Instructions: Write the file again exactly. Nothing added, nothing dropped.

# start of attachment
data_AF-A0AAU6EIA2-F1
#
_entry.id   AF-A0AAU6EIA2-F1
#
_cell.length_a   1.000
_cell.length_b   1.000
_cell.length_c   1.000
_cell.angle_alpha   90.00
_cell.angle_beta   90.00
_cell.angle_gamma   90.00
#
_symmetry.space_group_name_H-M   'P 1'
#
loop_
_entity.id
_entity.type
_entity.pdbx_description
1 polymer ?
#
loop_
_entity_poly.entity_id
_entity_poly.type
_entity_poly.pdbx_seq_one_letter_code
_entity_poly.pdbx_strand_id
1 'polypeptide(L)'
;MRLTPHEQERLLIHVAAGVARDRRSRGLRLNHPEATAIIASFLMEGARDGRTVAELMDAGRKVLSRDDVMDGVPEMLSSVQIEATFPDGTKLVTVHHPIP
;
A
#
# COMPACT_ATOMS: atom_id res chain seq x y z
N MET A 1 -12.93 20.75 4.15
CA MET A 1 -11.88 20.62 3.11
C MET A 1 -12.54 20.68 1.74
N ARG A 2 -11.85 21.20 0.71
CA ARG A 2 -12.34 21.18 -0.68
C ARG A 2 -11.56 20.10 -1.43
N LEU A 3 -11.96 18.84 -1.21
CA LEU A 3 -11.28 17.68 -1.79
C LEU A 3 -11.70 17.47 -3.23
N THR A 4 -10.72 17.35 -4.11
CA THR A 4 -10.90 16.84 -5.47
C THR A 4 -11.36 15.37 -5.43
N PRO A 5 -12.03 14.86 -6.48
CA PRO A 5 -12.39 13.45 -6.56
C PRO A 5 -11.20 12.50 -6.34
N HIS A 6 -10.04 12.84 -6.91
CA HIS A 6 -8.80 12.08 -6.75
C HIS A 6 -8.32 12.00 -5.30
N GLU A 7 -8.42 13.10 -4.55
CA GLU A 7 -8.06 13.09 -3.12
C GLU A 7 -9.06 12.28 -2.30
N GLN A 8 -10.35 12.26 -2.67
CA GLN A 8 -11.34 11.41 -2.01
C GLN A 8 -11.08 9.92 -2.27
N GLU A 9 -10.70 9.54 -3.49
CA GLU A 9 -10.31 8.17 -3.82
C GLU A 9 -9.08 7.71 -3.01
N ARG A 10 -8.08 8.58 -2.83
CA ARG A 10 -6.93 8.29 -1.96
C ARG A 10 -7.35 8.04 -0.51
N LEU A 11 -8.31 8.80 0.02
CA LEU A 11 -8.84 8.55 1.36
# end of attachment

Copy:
data_AF-A0AAU6EIA2-F1
#
_entry.id   AF-A0AAU6EIA2-F1
#
_cell.length_a   1.000
_cell.length_b   1.000
_cell.length_c   1.000
_cell.angle_alpha   90.00
_cell.angle_beta   90.00
_cell.angle_gamma   90.00
#
_symmetry.space_group_name_H-M   'P 1'
#
loop_
_entity.id
_entity.type
_entity.pdbx_description
1 polymer ?
#
loop_
_entity_poly.entity_id
_entity_poly.type
_entity_poly.pdbx_seq_one_letter_code
_entity_poly.pdbx_strand_id
1 'polypeptide(L)'
;MRLTPHEQERLLIHVAAGVARDRRSRGLRLNHPEATAIIASFLMEGARDGRTVAELMDAGRKVLSRDDVMDGVPEMLSSVQIEATFPDGTKLVTVHHPIP
;
A
#
# COMPACT_ATOMS: atom_id res chain seq x y z
N MET A 1 -12.93 20.75 4.15
CA MET A 1 -11.88 20.62 3.11
C MET A 1 -12.54 20.68 1.74
N ARG A 2 -11.85 21.20 0.71
CA ARG A 2 -12.34 21.18 -0.68
C ARG A 2 -11.56 20.10 -1.43
N LEU A 3 -11.96 18.84 -1.21
CA LEU A 3 -11.28 17.68 -1.79
C LEU A 3 -11.70 17.47 -3.23
N THR A 4 -10.72 17.35 -4.11
CA THR A 4 -10.90 16.84 -5.47
C THR A 4 -11.36 15.37 -5.43
N PRO A 5 -12.03 14.86 -6.48
CA PRO A 5 -12.39 13.45 -6.56
C PRO A 5 -11.20 12.50 -6.34
N HIS A 6 -10.04 12.84 -6.91
CA HIS A 6 -8.80 12.08 -6.75
C HIS A 6 -8.32 12.00 -5.30
N GLU A 7 -8.42 13.10 -4.55
CA GLU A 7 -8.06 13.09 -3.12
C GLU A 7 -9.06 12.28 -2.30
N GLN A 8 -10.35 12.26 -2.67
CA GLN A 8 -11.34 11.41 -2.01
C GLN A 8 -11.08 9.92 -2.27
N GLU A 9 -10.70 9.54 -3.49
CA GLU A 9 -10.31 8.17 -3.82
C GLU A 9 -9.08 7.71 -3.01
N ARG A 10 -8.08 8.58 -2.83
CA ARG A 10 -6.93 8.29 -1.96
C ARG A 10 -7.35 8.04 -0.51
N LEU A 11 -8.31 8.80 0.02
CA LEU A 11 -8.84 8.55 1.36